Kids in the Hall founder Mark McKinney, Nicholas Campbell of Republic of Doyle and Flashpoint lead Enrico Colantoni are urging fresh thinking from all of Canada's political parties on cultural issues.
They were among nearly 20 performers who held a news conference in Toronto on Tuesday to encourage Canadians to vote for federal candidates who will protect the arts.
Among the main concerns for the ACTRA, the union representing Canadian actors that organized the event, are Canada's digital strategy and updating Canadian copyright laws, said ACTRA spokeswoman Heather Allin.
"Digital media is the new reality," Allin said, pointing to the advent of Netflix, Google and other online providers of film and TV shows.
"Our kids are watching hours and hours of content daily on these new platforms daily. An eyeball is an eyeball, a screen is a screen and we want to make sure that Canada has a piece of that," she said, adding "If we don't have rules, there's a very good chance we won't have Canadian content."
ACTRA has called on all parties to rescind a CRTC exemption on Canadian content for web-based services.
'If you don't think that getting behind Canadian culture…is an important thing to do, you're not only abdicating your responsibilities to preserve our culture and give us a sense of Canadian identity, you're also abdicating your responsibilities to the economy' — Mark McKinney
Attempts to update the Copyright Act have been stalled for years, with the most recent bill failing to pass through Parliament ahead of an election call.
The union also posed eight questions on arts issues to each of the political parties and has posted replies on its website in an effort to catapult arts issues into the election debate.
The questions centre around issues ACTRA has raised in the past, including Canadian content, limits on foreign ownership of Canadian media, stable funding for the CBC and support for film and TV production credits.
McKinney, producer of TV comedy Less Than Kind, says the Canadian film and TV industry is an important source of cultural exports and would create many more well-paid jobs if the conditions are right.
None of the parties had forward-looking policies that will address the new digital realities, he said. The Liberals, NDP and Green parties are "old school" in their approach, McKinney said.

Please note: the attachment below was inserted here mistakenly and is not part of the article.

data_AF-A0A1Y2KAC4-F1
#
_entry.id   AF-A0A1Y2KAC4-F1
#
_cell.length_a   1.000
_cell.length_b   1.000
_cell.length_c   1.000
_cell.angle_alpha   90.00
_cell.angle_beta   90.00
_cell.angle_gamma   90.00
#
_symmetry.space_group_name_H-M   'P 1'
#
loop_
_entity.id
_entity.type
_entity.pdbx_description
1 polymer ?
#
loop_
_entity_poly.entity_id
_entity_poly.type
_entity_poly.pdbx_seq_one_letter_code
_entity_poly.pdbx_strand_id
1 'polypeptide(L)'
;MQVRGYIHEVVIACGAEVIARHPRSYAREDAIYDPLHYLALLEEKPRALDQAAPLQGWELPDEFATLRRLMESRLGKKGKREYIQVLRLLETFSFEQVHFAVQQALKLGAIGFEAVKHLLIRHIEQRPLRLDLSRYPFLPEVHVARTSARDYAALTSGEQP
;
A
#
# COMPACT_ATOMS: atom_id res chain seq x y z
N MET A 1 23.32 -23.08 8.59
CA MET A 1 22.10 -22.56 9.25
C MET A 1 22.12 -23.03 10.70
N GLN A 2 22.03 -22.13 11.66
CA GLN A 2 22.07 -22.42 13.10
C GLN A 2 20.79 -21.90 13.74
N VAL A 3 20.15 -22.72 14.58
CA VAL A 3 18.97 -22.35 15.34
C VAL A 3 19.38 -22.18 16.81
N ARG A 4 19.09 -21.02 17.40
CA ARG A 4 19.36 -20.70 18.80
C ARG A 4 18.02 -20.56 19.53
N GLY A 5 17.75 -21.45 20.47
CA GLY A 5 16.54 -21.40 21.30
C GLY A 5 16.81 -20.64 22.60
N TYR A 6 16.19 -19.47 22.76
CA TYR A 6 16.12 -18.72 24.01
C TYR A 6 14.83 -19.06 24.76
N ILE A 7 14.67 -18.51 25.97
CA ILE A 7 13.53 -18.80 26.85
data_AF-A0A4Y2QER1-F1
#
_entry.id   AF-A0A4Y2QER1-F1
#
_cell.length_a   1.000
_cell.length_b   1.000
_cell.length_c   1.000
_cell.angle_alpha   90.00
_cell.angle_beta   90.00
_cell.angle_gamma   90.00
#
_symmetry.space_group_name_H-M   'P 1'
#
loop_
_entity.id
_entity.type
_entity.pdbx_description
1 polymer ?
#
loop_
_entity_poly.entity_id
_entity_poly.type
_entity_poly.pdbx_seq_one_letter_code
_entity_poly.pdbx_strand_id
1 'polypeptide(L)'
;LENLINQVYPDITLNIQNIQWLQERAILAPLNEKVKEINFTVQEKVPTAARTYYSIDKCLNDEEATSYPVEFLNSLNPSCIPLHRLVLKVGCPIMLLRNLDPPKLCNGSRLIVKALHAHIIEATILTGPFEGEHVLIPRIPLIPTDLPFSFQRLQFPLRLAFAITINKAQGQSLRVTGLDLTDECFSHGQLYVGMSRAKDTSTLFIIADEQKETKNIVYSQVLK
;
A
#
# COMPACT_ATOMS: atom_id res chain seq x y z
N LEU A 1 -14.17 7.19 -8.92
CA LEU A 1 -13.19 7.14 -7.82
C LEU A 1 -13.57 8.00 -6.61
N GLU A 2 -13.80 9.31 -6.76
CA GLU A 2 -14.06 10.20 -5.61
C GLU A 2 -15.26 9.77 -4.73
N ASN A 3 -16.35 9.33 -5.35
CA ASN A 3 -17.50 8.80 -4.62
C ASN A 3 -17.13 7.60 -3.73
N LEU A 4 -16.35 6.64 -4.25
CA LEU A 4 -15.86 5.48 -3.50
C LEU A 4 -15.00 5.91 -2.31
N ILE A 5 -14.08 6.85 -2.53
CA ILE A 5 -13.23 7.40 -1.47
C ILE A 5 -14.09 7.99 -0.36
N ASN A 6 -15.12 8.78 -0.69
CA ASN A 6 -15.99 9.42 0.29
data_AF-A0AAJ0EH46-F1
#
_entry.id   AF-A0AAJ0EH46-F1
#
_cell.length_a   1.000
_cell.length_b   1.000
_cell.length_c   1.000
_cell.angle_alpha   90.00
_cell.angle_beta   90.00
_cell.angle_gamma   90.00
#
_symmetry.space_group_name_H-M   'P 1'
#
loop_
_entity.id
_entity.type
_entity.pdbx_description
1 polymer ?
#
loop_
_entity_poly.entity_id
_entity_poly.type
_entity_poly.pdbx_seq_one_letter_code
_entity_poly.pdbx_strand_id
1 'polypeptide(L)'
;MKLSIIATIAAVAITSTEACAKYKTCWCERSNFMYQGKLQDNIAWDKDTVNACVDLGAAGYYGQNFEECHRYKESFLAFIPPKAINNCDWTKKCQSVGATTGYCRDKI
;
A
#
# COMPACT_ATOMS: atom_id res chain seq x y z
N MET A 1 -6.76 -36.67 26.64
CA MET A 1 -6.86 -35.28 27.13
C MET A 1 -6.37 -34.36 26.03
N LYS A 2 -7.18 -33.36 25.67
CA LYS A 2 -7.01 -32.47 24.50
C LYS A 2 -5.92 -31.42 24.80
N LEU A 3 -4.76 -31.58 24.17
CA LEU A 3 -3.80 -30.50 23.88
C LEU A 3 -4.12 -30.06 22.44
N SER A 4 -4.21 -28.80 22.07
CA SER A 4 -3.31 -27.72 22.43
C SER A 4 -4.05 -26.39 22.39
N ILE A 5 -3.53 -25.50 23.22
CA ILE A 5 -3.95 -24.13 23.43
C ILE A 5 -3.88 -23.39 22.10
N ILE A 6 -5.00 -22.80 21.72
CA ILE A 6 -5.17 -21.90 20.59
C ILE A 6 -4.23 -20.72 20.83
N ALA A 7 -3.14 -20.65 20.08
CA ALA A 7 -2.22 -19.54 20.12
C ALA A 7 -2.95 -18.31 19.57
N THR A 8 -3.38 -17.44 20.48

"The Conservatives did not respond," he added. " You know, it's only eight questions Mr. Harper. There's only eight questions —please respond."
"Because if you don't think that getting behind Canadian culture…is an important thing to do, you're not only abdicating your responsibilities to preserve our culture and give us a sense of Canadian identity, you're also abdicating your responsibilities to the economy, 'cause we're a big part of it. "
ACTRA estimates the arts contribute more than $85 billion to the GDP and 1.1 million jobs.
Flashpoint actor Enrico Colantoni said it is important to keep Canadian arts jobs in Canada — so young talent does not have to leave the country.
"I'm a patron that believes what I do is important I need a government that sees what I do as important, so I can keep doing what I'm doing, which is reflecting the beauty and honesty of this country to the world," he said.
""We provide seven per cent of the GDP of Canada. That's more than forestry and the auto industry combined. And it's time that the government and the leaders of this country step up and realize that this is a necessity, that this is something that is what makes us Canadian," he added.
Other stars who came out include Adamo Ruggiero of Degrassi: TNG, Jayne Eastwood of Little Mosque on the Prairie, and Colin Mochrie of She's the Mayor.
ACTRA is not the only cultural group to attempt to assess the parties' cultural policies: The Canadian Conference of the Arts also has an online election kit with a list of questions for candidates and outlines of each party's arts policies.
In a March survey of Canada attitudes toward the election conducted by Nanos Research for The Arts Advocate, only one in 10 Canadians said a party's position on culture is very important in how they vote. The same sample of 1200 voters found about one quarter of Canadians believe that federal cultural funding is inadequate. The survey is accurate to within 2.8 percentage points, plus or minus 19 times out of 20.
Canadians head to the polls May 2.